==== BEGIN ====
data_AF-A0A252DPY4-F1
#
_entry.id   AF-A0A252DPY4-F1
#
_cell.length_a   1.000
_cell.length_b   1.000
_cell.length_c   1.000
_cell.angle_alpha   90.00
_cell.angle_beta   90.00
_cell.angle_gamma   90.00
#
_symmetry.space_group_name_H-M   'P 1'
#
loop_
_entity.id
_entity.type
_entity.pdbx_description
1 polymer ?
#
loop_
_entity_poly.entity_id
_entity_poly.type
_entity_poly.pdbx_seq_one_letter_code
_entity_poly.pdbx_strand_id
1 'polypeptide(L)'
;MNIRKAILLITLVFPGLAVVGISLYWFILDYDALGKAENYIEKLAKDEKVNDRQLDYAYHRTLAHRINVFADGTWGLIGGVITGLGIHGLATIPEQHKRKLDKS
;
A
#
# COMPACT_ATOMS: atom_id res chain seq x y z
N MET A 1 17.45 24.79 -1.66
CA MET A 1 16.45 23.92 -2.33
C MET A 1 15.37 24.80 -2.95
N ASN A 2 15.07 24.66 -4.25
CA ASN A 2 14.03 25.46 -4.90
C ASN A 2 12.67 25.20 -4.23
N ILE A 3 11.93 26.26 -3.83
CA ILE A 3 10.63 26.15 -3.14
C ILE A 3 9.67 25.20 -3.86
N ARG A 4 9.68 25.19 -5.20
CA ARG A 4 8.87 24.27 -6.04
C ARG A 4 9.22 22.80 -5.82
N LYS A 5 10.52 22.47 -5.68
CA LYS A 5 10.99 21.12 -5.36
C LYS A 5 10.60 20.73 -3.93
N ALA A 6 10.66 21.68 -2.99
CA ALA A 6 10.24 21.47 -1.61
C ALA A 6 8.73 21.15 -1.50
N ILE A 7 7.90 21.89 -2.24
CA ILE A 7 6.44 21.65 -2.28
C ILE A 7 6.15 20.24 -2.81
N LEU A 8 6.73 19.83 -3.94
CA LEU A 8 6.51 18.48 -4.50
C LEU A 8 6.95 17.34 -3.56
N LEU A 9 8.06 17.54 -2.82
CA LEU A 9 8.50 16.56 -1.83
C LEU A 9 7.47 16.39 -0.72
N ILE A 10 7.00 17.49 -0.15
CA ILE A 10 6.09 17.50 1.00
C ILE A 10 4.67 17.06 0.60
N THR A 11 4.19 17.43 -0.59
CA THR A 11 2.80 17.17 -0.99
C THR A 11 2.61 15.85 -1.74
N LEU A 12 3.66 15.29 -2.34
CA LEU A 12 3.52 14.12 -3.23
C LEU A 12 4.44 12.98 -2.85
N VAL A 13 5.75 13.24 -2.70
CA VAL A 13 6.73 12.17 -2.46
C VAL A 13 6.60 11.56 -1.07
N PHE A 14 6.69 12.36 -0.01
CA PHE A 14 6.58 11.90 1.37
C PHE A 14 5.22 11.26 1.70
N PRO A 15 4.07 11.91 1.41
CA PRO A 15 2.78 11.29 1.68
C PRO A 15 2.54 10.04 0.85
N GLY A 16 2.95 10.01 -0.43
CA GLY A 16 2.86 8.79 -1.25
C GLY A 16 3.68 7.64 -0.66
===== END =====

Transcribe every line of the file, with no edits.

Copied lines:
data_AF-A0A252DPY4-F1
#
_entry.id   AF-A0A252DPY4-F1
#
_cell.length_a   1.000
_cell.length_b   1.000
_cell.length_c   1.000
_cell.angle_alpha   90.00
_cell.angle_beta   90.00
_cell.angle_gamma   90.00
#
_symmetry.space_group_name_H-M   'P 1'
#
loop_
_entity.id
_entity.type
_entity.pdbx_description
1 polymer ?
#
loop_
_entity_poly.entity_id
_entity_poly.type
_entity_poly.pdbx_seq_one_letter_code
_entity_poly.pdbx_strand_id
1 'polypeptide(L)'
;MNIRKAILLITLVFPGLAVVGISLYWFILDYDALGKAENYIEKLAKDEKVNDRQLDYAYHRTLAHRINVFADGTWGLIGGVITGLGIHGLATIPEQHKRKLDKS
;
A
#
# COMPACT_ATOMS: atom_id res chain seq x y z
N MET A 1 17.45 24.79 -1.66
CA MET A 1 16.45 23.92 -2.33
C MET A 1 15.37 24.80 -2.95
N ASN A 2 15.07 24.66 -4.25
CA ASN A 2 14.03 25.46 -4.90
C ASN A 2 12.67 25.20 -4.23
N ILE A 3 11.93 26.26 -3.83
CA ILE A 3 10.63 26.15 -3.14
C ILE A 3 9.67 25.20 -3.86
N ARG A 4 9.68 25.19 -5.20
CA ARG A 4 8.87 24.27 -6.04
C ARG A 4 9.22 22.80 -5.82
N LYS A 5 10.52 22.47 -5.68
CA LYS A 5 10.99 21.12 -5.36
C LYS A 5 10.60 20.73 -3.93
N ALA A 6 10.66 21.68 -2.99
CA ALA A 6 10.24 21.47 -1.61
C ALA A 6 8.73 21.15 -1.50
N ILE A 7 7.90 21.89 -2.24
CA ILE A 7 6.44 21.65 -2.28
C ILE A 7 6.15 20.24 -2.81
N LEU A 8 6.73 19.83 -3.94
CA LEU A 8 6.51 18.48 -4.50
C LEU A 8 6.95 17.34 -3.56
N LEU A 9 8.06 17.54 -2.82
CA LEU A 9 8.50 16.56 -1.83
C LEU A 9 7.47 16.39 -0.72
N ILE A 10 7.00 17.49 -0.15
CA ILE A 10 6.09 17.50 1.00
C ILE A 10 4.67 17.06 0.60
N THR A 11 4.19 17.43 -0.59
CA THR A 11 2.80 17.17 -0.99
C THR A 11 2.61 15.85 -1.74
N LEU A 12 3.66 15.29 -2.34
CA LEU A 12 3.52 14.12 -3.23
C LEU A 12 4.44 12.98 -2.85
N VAL A 13 5.75 13.24 -2.70
CA VAL A 13 6.73 12.17 -2.46
C VAL A 13 6.60 11.56 -1.07
N PHE A 14 6.69 12.36 -0.01
CA PHE A 14 6.58 11.90 1.37
C PHE A 14 5.22 11.26 1.70
N PRO A 15 4.07 11.91 1.41
CA PRO A 15 2.78 11.29 1.68
C PRO A 15 2.54 10.04 0.85
N GLY A 16 2.95 10.01 -0.43
CA GLY A 16 2.86 8.79 -1.25
C GLY A 16 3.68 7.64 -0.66